L’Ora di Mezzo – Located in the old part of town with a large alfresco area and friendly service, we had a lovely three course meal and enjoyed everything that came to our table (especially the swordfish as the plate of the day). They didn’t serve wine by the carafe, which meant we had to order an entire bottle (oh darn!).
Driving Salento’s East Coast
For our time in the Salento Pennisula, we opted for a rental car from the Hertz location in Lecce. Leaving the car rental agency and getting onto the ring road that circles Lecce was straighforward (as in ‘turn right after two set of lights’ easy). Driving on the ring road itself wasn’t (too) overwhelming, as I like to keep to the right and let the drivers going much faster than me overtake on the left to their heart’s content! We missed the turnoff to San Cataldo (7B), and exited the highway at the next exit, thinking we could back track through the side roads. But the exit took us to a very deserted and empty area so we thought it would be safer to get back on the highway and take the correct exit!
The driving in this area was stress free, as there seemed to be one main road to San Cataldo and there was little traffic being the offseason. Once we had our first glimpse of the ocean, we continued driving south first following the signs to Torre dell’Orso and then Otranto. With the road to Torre dell’Orso mostly along the water, it made for a very pretty drive. When the ocean wasn’t in view, we found ourselves driving past field after field of olive trees.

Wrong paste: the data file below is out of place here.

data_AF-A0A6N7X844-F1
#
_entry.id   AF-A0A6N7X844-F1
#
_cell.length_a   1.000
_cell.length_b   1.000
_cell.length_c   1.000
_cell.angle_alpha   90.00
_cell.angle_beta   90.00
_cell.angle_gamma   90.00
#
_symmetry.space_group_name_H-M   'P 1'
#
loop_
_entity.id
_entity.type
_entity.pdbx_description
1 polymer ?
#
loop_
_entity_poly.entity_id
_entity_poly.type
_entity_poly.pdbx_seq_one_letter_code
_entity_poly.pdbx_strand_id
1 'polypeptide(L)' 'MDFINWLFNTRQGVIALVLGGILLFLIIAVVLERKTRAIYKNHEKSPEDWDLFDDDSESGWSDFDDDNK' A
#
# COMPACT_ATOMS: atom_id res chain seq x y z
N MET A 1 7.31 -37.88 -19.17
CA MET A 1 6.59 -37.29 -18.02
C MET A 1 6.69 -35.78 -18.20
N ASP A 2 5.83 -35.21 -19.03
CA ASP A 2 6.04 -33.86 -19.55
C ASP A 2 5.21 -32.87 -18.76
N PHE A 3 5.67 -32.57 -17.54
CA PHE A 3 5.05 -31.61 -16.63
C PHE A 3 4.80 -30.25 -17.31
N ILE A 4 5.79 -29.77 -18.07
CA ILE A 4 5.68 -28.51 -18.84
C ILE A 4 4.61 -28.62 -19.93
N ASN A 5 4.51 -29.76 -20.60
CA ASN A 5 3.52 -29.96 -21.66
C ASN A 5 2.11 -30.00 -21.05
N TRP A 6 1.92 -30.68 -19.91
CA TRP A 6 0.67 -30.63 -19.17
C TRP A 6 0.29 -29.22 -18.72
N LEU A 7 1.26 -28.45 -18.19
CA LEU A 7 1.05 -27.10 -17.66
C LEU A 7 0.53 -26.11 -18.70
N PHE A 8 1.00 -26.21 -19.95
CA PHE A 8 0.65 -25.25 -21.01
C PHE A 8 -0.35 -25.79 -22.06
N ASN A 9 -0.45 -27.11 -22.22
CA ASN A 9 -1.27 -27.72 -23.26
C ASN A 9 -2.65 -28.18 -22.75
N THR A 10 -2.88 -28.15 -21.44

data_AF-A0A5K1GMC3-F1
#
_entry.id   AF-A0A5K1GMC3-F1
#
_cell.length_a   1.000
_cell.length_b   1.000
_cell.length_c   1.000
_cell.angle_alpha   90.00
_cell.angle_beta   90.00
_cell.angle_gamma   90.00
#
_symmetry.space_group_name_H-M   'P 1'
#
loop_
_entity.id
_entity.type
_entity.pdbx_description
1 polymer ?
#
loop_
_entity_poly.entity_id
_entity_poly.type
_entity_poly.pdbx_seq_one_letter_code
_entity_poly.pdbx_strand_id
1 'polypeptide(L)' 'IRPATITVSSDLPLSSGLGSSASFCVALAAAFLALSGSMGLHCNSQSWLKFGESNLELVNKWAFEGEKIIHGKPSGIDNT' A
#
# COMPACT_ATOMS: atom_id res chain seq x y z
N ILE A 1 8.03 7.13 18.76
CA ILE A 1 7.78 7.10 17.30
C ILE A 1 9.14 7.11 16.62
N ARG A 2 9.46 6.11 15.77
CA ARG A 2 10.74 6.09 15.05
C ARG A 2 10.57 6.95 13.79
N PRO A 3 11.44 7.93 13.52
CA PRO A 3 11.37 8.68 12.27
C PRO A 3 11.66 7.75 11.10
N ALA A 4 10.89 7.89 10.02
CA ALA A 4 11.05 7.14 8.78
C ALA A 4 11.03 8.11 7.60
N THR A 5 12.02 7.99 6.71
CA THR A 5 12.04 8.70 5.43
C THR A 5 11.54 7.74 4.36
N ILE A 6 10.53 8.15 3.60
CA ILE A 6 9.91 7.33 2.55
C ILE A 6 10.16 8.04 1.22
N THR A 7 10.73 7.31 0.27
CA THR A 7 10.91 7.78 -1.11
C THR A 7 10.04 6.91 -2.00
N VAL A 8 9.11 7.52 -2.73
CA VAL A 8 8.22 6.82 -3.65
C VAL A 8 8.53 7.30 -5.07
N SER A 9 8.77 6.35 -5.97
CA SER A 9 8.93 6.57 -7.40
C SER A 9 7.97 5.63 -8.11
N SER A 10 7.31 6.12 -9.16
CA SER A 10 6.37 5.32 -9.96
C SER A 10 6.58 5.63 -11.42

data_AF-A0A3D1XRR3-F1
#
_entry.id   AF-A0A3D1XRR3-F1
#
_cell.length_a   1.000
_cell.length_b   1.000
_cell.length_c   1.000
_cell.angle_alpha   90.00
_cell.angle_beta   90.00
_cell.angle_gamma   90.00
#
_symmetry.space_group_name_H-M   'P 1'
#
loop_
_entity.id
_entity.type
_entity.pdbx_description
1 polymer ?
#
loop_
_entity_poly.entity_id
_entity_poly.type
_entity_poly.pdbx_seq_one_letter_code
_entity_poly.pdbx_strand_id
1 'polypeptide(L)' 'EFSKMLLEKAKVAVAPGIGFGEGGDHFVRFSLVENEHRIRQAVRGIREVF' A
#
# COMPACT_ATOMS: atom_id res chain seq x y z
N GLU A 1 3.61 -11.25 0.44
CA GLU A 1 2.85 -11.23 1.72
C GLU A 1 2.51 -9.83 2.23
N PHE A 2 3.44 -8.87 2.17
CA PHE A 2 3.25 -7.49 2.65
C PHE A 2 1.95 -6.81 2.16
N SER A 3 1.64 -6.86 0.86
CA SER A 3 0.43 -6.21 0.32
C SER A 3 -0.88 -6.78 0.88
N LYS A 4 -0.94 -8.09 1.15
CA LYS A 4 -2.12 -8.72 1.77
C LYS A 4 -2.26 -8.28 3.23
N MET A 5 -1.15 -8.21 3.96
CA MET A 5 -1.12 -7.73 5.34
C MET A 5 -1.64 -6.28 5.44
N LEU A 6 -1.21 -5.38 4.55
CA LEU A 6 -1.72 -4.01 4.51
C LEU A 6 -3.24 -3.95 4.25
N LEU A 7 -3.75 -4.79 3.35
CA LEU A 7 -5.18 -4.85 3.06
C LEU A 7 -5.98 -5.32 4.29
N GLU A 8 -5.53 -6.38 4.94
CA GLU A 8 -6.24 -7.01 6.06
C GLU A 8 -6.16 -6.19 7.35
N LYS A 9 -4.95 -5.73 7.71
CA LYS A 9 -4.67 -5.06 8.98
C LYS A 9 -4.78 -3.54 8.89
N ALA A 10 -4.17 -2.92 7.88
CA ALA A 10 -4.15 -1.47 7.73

The drive south of Otranto on the other hand was a bit more scary! If it wasn’t cars driving onto our side of the road, it was motorcyclists or groups of cyclists on road bikes! At one point, I was overtaking a group of cyclists, but the car behind me decided to overtake us and the cyclists at the same time and then honked at me when we almost collided! After having a few stressful situations, I decided that the best way to drive was to continue going the speed limit, look in all directions (more than once!) before overtaking and concentrate on the road and not all the crazy going on around me!
Being overly attentive was especially important when the road passed through small towns where there was hardly enough room for two cars to pass by, or had tourists walking down the middle of the road or crossing the street without looking. Road signs seem optional, as was indicating when turning!